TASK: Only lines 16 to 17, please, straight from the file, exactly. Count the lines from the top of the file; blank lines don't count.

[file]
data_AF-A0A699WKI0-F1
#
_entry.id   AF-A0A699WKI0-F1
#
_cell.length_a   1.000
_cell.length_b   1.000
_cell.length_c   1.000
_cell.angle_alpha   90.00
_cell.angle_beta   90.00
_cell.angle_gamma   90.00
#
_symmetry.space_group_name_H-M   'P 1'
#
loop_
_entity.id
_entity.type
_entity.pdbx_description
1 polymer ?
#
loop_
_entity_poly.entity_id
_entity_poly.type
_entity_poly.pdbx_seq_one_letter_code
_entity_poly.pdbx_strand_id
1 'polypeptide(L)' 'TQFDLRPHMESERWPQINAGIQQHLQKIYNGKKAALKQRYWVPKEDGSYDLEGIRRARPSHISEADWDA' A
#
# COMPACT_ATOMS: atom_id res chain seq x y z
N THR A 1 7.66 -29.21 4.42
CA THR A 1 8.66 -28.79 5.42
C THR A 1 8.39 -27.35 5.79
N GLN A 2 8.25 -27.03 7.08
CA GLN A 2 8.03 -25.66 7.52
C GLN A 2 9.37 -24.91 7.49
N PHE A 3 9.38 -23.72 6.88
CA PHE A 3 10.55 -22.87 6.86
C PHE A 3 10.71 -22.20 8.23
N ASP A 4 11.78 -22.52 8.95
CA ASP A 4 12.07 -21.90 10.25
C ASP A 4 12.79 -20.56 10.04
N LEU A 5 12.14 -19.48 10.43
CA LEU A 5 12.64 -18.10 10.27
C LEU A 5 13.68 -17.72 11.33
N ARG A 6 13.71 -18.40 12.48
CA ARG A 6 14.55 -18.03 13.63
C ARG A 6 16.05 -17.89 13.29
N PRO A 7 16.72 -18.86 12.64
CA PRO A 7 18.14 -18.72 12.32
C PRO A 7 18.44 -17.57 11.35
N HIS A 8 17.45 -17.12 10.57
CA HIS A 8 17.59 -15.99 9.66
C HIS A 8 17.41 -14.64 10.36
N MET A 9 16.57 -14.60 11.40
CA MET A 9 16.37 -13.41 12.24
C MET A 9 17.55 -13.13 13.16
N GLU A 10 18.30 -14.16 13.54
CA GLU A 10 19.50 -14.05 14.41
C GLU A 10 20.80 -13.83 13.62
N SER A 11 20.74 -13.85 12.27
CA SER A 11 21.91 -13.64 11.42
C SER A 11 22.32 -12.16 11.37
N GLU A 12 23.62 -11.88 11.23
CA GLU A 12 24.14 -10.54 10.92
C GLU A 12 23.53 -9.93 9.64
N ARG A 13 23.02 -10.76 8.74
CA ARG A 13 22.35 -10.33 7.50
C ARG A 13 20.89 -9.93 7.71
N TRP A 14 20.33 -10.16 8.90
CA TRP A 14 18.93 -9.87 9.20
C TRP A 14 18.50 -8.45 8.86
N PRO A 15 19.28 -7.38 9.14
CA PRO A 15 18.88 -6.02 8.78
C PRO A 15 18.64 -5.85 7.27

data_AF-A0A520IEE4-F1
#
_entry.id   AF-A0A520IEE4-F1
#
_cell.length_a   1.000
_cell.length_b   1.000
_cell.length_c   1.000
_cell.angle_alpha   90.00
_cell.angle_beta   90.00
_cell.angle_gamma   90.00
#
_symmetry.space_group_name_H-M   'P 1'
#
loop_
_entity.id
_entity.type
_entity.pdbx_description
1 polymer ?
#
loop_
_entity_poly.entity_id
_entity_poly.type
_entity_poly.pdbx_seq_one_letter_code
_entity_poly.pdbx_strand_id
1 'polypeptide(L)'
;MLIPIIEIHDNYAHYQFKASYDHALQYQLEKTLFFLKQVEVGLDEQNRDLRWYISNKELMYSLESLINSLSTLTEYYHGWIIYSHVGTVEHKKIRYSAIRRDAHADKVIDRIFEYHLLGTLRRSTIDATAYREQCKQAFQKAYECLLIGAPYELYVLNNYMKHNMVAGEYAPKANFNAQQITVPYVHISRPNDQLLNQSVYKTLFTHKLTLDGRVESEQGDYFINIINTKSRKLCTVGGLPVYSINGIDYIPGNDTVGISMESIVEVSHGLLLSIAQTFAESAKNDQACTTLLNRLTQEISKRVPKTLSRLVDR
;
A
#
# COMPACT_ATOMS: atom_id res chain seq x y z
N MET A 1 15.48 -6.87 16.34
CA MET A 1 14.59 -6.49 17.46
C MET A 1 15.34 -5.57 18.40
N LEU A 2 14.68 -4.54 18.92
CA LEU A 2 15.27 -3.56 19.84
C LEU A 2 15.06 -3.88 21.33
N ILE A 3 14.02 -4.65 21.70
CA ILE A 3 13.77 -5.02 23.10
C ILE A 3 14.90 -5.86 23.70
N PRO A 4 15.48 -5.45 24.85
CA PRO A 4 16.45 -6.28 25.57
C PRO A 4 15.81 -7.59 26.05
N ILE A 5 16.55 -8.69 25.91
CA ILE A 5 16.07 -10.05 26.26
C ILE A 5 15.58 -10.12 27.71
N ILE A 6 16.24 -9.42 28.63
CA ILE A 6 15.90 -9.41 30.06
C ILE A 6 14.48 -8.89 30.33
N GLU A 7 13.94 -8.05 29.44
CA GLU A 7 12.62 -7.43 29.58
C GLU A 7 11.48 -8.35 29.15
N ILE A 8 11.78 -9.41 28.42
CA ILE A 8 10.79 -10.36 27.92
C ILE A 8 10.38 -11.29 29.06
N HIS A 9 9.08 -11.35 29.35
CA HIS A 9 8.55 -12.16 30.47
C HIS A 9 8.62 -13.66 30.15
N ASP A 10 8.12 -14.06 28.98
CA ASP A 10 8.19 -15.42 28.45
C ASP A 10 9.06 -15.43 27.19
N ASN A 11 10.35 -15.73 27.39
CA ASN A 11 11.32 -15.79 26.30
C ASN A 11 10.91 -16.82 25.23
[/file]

_entity.type
_entity.pdbx_description